It sounds like you don't have a well-practiced way to express your anger to your husband. Are you afraid he'll blow up at you if you criticize him?
I see you're not online now. Why don't you write down what you would say to him in a note, and assume you're not going to give him the note, so you can try as many ways as you want to try to say it. Then you could put the one or two ways you think would work best here online, and after each one tell me how you think he'd react. I can then advise you on how to alter what you've written. If he does typically overreact to disagreements, then you could email your comments to him and start with PLEASE DON"T REACT TO THIS BEFORE YOU'VE THOUGHT ABOUT IT.
If I were him I'd think: "I'm not disrespecting either you or your daughter. I'm $%&*#$& at your parents for (what? NOT doing what with your daughter--and isn't she HIS daughter too?)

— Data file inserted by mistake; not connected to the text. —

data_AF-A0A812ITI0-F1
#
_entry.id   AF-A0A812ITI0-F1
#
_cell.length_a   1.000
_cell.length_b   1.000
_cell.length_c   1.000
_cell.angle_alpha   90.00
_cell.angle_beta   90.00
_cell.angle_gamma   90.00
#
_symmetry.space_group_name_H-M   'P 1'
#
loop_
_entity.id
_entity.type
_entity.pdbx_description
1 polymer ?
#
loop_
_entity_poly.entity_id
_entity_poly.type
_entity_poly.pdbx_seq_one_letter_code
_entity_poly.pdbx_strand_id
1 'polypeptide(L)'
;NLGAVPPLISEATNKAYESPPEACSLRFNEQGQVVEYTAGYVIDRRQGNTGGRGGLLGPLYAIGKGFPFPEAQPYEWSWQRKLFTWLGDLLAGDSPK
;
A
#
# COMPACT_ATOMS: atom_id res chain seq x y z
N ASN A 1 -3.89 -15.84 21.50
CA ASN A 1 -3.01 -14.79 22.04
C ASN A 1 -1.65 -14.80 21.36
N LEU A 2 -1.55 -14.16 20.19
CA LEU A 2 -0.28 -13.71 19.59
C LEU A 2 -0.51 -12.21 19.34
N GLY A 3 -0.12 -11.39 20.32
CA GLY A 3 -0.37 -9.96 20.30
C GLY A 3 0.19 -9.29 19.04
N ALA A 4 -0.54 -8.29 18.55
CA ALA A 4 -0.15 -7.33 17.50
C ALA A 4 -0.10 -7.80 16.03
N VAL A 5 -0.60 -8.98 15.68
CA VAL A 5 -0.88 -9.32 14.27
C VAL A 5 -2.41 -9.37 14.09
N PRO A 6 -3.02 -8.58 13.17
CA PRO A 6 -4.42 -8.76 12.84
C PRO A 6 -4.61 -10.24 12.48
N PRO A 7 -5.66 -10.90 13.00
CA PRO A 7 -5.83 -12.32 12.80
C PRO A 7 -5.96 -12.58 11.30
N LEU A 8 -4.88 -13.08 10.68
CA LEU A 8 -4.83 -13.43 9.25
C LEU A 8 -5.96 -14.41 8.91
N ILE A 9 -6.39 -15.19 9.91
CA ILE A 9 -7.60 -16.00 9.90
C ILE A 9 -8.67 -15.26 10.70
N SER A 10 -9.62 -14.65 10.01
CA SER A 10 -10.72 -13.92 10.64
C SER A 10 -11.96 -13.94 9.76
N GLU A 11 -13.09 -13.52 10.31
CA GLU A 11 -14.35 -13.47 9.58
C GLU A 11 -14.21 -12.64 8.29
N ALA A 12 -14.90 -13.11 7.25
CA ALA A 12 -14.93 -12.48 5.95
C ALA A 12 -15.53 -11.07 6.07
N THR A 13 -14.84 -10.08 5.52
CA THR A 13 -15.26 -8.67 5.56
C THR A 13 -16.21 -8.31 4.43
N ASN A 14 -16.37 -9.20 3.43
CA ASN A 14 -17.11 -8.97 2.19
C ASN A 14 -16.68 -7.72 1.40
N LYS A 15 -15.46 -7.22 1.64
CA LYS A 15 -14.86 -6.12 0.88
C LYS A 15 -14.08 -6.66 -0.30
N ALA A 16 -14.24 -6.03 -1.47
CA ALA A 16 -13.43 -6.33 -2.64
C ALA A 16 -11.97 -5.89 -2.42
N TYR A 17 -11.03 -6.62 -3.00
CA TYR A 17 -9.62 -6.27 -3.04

And if you don't think he'll be able to respect what you're telling him, then tell him you'll need to bring your dispute to a skilled and neutral person, that is a couple counselor, because that will help BOTH of you keep from igniting each other, and insist that you contain your anger when it starts to get out of control. But this second version is starting out better--that's what happens when you let the heftiest steam off first!
So I would guess that you're used to your parents blowing up at you, or at least one of them. It also sounds like you may have married each other (on an unconscious level) because you both had somewhat similar difficult relations with your parents (like my wife had a narcissistic screamer-mother and a saintly early-dead father--11-, and I had a scary-temper narcissistic father and a depressed fairly early-dead --23--mother), and you are angrily (in keeping with your parents' style) insistent that he's not allowed to interfere with YOUR relationship with your parents by inserting HIS reaction to them. I agree that he needs to keep it away from the 3yr old.
But I think you'd benefit quite a bit from clarifying how to deal with your respective families by talking over your experiences with a couple therapist. You seem to be convinced that you MUST be able to be warm and close (or at least close) with your parents, while he chose to divorce himself more completely from them than you did--so now you're fighting over who did the right thing with whose parents.
Being out of work is pretty destabilizing for manymen.